The Rough Guide travel books are well known to people (like me) who like to travel, but stay a bit off the beaten path. What is (at least to me until recently) less known is that the Rough Guide also produces music compilations. Among these is the Rough Guide to Klezmer Revival, produced in association with World Music Network.
For the uninitiated, klezmer music is a genre of Jewish music that goes back centuries. Originally played by itinerant musicians traveling from shtetl (village) to shtetl, they played at weddings and other joyous occasions. Klezmer music owes its distinctive style to numerous cultural influences — from Jewish liturgical prayer modes to the folk music of Romania, Poland, and Russia. As klezmorim (klezmer musicians) traveled they picked up musical motifs and incorporated them, weaving a rich tradition, characterized by the weeping of mellow clarinet (Benny Goodman's classic "And the Angels Sing" is in fact a klezmer melody called "Der Shtiller Bulgar" that long predates Goodman's use of the tune); the frantic and joyous tripping of a bow playing across a fiddle at near-impossible speed (think Fiddler on the Roof, only more authentic), and other (usually portable) instrumentation.
The Rough Guide is a collection of 18 klezmer tunes performed by some of the most important names in modern klezmer music. Although klezmer music has been around since the 15th century or so, the 1980s saw a renaissance, a revival of interest in this ancient Jewish folk music. Andy Statman, The Klezmer Conservatory Band, Kapelye, and Klezmorim were at the forefront of a rebirth and re-invigoration of this joyous genre.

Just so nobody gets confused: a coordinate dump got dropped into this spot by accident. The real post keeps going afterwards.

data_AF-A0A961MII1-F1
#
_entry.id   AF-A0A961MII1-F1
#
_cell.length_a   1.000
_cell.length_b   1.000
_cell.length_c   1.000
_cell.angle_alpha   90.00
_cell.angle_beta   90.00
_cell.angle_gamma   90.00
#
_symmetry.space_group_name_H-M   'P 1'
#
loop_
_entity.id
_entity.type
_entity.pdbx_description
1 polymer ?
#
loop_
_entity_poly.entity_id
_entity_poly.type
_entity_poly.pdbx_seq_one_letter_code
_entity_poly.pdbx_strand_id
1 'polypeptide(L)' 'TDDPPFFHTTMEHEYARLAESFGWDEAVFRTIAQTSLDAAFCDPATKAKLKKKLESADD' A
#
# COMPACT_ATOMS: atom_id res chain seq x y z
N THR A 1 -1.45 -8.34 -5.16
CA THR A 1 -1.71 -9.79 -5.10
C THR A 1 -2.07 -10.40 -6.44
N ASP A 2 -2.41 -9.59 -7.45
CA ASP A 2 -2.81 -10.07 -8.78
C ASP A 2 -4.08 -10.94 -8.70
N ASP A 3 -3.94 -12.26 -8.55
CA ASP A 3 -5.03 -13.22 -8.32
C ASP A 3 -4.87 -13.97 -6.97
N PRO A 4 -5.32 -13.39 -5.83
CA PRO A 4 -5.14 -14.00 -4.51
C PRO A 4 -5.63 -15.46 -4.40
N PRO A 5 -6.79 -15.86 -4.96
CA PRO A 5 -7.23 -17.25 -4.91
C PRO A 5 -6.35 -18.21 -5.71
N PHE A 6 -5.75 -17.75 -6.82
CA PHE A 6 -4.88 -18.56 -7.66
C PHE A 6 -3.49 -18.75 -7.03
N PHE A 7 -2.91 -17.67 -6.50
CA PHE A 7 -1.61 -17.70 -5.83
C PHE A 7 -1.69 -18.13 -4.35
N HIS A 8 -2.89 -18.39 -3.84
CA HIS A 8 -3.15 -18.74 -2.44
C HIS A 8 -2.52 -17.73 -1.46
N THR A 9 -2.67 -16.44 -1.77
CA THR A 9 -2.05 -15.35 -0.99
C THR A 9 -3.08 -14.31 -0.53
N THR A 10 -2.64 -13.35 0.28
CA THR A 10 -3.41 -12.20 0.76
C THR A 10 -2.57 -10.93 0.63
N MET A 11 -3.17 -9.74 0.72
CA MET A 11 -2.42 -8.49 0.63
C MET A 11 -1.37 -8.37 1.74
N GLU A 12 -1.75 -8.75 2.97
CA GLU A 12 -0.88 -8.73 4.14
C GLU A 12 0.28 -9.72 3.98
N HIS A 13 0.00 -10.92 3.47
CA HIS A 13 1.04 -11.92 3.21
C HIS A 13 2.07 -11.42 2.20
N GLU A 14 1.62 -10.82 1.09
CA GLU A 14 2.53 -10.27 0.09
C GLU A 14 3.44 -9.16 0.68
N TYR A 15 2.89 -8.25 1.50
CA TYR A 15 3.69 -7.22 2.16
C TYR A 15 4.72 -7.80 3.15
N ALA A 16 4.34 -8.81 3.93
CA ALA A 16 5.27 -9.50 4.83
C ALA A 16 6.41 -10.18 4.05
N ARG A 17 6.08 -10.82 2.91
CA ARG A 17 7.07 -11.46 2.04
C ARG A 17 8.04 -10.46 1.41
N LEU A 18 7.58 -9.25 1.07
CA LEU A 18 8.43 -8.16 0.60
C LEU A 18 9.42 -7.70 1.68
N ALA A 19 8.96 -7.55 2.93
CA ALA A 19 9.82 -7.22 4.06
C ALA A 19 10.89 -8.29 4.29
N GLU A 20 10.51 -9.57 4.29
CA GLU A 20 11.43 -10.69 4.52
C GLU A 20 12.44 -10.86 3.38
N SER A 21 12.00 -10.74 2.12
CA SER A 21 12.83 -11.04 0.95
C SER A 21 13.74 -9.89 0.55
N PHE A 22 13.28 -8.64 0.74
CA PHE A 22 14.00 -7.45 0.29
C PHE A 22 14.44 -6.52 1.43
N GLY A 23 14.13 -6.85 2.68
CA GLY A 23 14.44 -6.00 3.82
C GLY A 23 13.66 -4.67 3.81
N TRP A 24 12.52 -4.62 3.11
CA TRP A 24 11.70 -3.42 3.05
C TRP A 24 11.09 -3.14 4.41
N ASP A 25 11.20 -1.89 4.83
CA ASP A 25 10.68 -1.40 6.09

Building on what these revival groups began, new groups, also represented in this compilation, sought to seize upon true klezmer tradition by importing the flavors of modern American music, including jazz, rock, and bluegrass.
Having performed klezmer music for more than 15 years, it was refreshing to see a compilation that did not include only the "usual suspects" — the standards. The album's selections are slightly more obscure, including several that I have never before heard performed. They were brought to life by klezmer luminaries such as the clarinet virtuoso Giora Feidman ("Dancing with the Rabbi") and The Klezmer Conservatory Band (one of my favorite klezmer ensembles). I enjoyed the smoky, very jazzy, vocals of "Café Jew Zoo" performed by Yale Strom with Hot Pstromi and Klass J. "Ode to Favourtism and Corruption" by the UK-based Merlin Shepherd Kapelye is a classical-influenced ditty, that was an amusing finale to the CD.